Category Archives: reviews

Review: ‘In A House of Lies’ by Ian Rankin

A missing private investigator is found, locked in a car hidden deep in the woods. Worse still – for everyone involved – is that his body was in an area that had already been searched.

Detective Inspector Siobhan Clarke is part of a new inquiry, combing through the mistakes of the original case. Every officer involved in the original investigation must be questioned, and it seems everyone on the case has something to hide, and everything to lose. But there is one man who knows where the trail may lead – and that it could be the end of him: John Rebus.

In a House of Lies‘, the twenty-second Rebus novel is a masterclass in how to keep a series fresh. Featuring a strong cast of characters, ‘In a House of Lies‘ is sure to thrill the Rebus faithful. Although he’s still ruffling plenty of feathers with his unconventional methods, the years of heavy smoking and drinking are taking their toll on Rebus and it’s really interesting to see how Rankin demonstrates the fallibility of his main character. Rankin seems to have an excellent insight into how his characters behave – and why. 

I thought the dialogue between characters in this novel was really strong, the banter between friends and foes is really realistic. Rebus’s dry humour really appealed to me. 

The involving plot demonstrates the trust that Rankin places in his readers. He doesn’t over-explain or try to simplify the multiple narrative strands.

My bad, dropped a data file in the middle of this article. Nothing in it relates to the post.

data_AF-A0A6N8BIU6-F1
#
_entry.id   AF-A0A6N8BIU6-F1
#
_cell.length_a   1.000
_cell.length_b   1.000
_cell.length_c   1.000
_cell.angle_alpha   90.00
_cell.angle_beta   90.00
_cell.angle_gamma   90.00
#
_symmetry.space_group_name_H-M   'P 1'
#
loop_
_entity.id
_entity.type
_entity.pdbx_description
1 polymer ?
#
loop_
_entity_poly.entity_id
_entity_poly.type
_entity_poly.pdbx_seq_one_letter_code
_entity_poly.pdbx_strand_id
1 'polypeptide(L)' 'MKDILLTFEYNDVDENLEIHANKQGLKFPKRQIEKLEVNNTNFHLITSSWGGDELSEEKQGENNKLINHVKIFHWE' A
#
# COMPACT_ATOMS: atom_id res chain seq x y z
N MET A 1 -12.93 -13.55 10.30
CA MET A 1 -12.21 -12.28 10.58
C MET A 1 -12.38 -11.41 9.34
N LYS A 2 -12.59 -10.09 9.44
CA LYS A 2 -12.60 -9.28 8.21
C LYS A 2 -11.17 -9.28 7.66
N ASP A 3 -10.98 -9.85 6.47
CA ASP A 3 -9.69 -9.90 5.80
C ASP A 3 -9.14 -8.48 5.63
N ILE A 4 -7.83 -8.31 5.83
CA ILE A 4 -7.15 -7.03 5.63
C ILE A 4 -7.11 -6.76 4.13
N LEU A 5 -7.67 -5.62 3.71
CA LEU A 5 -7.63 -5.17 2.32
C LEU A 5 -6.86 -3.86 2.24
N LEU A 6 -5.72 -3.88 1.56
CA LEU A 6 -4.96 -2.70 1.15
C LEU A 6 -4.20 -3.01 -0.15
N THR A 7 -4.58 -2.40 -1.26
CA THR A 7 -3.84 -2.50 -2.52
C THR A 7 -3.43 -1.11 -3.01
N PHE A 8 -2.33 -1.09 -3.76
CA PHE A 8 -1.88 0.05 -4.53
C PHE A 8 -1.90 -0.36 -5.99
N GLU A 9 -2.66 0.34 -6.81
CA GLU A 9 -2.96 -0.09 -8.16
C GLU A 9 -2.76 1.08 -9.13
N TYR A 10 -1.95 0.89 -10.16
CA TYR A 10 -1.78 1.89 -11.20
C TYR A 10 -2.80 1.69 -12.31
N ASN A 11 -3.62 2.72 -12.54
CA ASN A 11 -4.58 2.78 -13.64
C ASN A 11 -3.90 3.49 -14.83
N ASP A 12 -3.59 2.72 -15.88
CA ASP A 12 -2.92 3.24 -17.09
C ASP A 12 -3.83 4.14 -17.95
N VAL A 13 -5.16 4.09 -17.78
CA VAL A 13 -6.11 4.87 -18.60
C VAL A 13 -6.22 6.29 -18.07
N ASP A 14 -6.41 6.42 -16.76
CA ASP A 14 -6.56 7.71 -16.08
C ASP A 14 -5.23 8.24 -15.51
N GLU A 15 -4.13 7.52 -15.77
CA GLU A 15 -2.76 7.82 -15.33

Ian Rankin’s latest novel considers the impact of historic crimes and the impact they have on the people involved. Fans of ‘Unforgotten‘ and ‘Line of Duty‘ will love ‘In a House of Lies‘. 

Vic x

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Review: ‘Dead Man’s Prayer’ by Jackie Baldwin

Ex-priest DI Frank Farrell has returned to his roots in Dumfries, only to be landed with a disturbing murder case. Even worse, Farrell knows the victim: Father Boyd, the man who forced him out of the priesthood eighteen years earlier.

With no leads, Farrell must delve into the old priest’s past, one that is inexorably linked with his own. But his attention is diverted when a pair of twin boys go missing. The Dumfries police force recover one in an abandoned church, unharmed. But where is his brother?

As Farrell investigates the two cases, he can’t help but feel targeted. Is someone playing a sinister game, or is he seeing patterns that don’t exist? Either way, it’s a game Farrell needs to win before he loses his grip on his sanity, or someone else turns up dead.